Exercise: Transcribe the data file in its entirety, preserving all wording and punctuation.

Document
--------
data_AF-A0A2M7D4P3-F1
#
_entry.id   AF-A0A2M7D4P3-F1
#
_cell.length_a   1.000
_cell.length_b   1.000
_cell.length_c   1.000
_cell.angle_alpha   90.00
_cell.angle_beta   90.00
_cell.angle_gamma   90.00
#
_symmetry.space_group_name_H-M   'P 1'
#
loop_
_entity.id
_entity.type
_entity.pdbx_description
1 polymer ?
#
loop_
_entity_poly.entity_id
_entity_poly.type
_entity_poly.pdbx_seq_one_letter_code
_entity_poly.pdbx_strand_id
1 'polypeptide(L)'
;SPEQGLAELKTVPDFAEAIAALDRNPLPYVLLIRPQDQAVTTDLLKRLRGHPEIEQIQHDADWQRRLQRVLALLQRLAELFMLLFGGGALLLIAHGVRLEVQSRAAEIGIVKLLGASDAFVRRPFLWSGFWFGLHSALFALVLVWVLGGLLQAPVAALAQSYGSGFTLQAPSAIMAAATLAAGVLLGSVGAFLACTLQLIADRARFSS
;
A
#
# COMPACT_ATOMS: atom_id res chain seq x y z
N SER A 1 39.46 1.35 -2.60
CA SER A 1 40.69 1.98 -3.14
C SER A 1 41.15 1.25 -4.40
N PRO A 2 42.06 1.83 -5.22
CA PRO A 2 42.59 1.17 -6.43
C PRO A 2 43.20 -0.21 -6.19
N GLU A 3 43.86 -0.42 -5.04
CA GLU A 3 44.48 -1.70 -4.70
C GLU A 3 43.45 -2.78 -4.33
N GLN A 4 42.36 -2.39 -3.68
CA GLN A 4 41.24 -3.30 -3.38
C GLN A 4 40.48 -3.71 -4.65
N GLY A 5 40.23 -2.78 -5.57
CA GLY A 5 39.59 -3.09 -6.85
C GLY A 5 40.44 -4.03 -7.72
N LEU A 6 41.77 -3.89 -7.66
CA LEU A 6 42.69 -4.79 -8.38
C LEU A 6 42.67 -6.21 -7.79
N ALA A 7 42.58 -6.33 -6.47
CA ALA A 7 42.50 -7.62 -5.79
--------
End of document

data_AF-A0A2M7D4P3-F1
#
_entry.id   AF-A0A2M7D4P3-F1
#
_cell.length_a   1.000
_cell.length_b   1.000
_cell.length_c   1.000
_cell.angle_alpha   90.00
_cell.angle_beta   90.00
_cell.angle_gamma   90.00
#
_symmetry.space_group_name_H-M   'P 1'
#
loop_
_entity.id
_entity.type
_entity.pdbx_description
1 polymer ?
#
loop_
_entity_poly.entity_id
_entity_poly.type
_entity_poly.pdbx_seq_one_letter_code
_entity_poly.pdbx_strand_id
1 'polypeptide(L)'
;SPEQGLAELKTVPDFAEAIAALDRNPLPYVLLIRPQDQAVTTDLLKRLRGHPEIEQIQHDADWQRRLQRVLALLQRLAELFMLLFGGGALLLIAHGVRLEVQSRAAEIGIVKLLGASDAFVRRPFLWSGFWFGLHSALFALVLVWVLGGLLQAPVAALAQSYGSGFTLQAPSAIMAAATLAAGVLLGSVGAFLACTLQLIADRARFSS
;
A
#
# COMPACT_ATOMS: atom_id res chain seq x y z
N SER A 1 39.46 1.35 -2.60
CA SER A 1 40.69 1.98 -3.14
C SER A 1 41.15 1.25 -4.40
N PRO A 2 42.06 1.83 -5.22
CA PRO A 2 42.59 1.17 -6.43
C PRO A 2 43.20 -0.21 -6.19
N GLU A 3 43.86 -0.42 -5.04
CA GLU A 3 44.48 -1.70 -4.70
C GLU A 3 43.45 -2.78 -4.33
N GLN A 4 42.36 -2.39 -3.68
CA GLN A 4 41.24 -3.30 -3.38
C GLN A 4 40.48 -3.71 -4.65
N GLY A 5 40.23 -2.78 -5.57
CA GLY A 5 39.59 -3.09 -6.85
C GLY A 5 40.44 -4.03 -7.72
N LEU A 6 41.77 -3.89 -7.66
CA LEU A 6 42.69 -4.79 -8.38
C LEU A 6 42.67 -6.21 -7.79
N ALA A 7 42.58 -6.33 -6.47
CA ALA A 7 42.50 -7.62 -5.79